We can see in 2001 that 77 percent of employers were engaged in monitoring. This may have increased slightly or decreased slightly, but whatever has happened, we know that this is a significant amount of employers--much greater than a majority--that are engaging in monitoring of their employees. We can also see the great rise in monitoring of computers and electronic files in a ten-year period between 1997 and 2007. Finally, we can see some of the newer technologies. In 2007, twelve percent of the reporting employers were monitoring the blogosphere, eight percent were monitoring GPS vehicle tracking, and ten percent were monitoring social networking sites. Probably, some of you are working with social networking policies with the companies that you are involved with. This is a hot topic right now. .... That gives you a picture of what the technology looks like, what the statistics are, and what we are grappling with in terms of the law here. In terms of the law, I am going to talk about the Electronic Communications Privacy Act ("ECPA"). There are also some state statutes that are going to be relevant. There is the tort that we are all very familiar with, dating back to Brandeis' day, of the invasion of privacy, which is invasion of seclusion. And then finally we know that right now there is the hot topic with the Quon case coming down last term with the Fourth Amendment and public-sector employers and employees.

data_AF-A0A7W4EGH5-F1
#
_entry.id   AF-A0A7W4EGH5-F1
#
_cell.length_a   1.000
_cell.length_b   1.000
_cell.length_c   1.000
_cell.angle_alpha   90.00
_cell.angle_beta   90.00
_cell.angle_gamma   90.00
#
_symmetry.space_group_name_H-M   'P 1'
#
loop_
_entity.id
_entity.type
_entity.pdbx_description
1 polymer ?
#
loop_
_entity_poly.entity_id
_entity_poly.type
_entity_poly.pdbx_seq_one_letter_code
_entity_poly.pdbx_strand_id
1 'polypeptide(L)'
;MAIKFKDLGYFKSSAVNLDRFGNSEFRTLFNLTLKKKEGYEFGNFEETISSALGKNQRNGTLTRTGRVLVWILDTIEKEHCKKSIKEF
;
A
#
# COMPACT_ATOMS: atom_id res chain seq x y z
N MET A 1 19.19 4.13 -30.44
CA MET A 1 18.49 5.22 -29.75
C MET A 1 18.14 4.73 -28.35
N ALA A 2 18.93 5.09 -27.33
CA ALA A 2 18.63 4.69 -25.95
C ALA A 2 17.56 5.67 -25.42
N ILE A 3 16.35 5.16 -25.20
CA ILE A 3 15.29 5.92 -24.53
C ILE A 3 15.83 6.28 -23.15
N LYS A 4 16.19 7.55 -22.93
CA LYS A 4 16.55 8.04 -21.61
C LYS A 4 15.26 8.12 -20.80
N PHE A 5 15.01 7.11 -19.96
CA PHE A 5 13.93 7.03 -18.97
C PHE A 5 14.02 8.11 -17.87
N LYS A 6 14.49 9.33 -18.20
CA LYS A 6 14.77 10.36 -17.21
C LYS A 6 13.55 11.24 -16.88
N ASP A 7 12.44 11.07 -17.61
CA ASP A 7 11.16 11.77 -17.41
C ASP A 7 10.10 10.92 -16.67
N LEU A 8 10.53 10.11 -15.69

Ariana R. Levinson,
Workplace Privacy and Monitoring: The Quest for Balanced Interests ,
59 Clev. St. L. Rev.
available at https://engagedscholarship.csuohio.edu/clevstlrev/vol59/iss3/6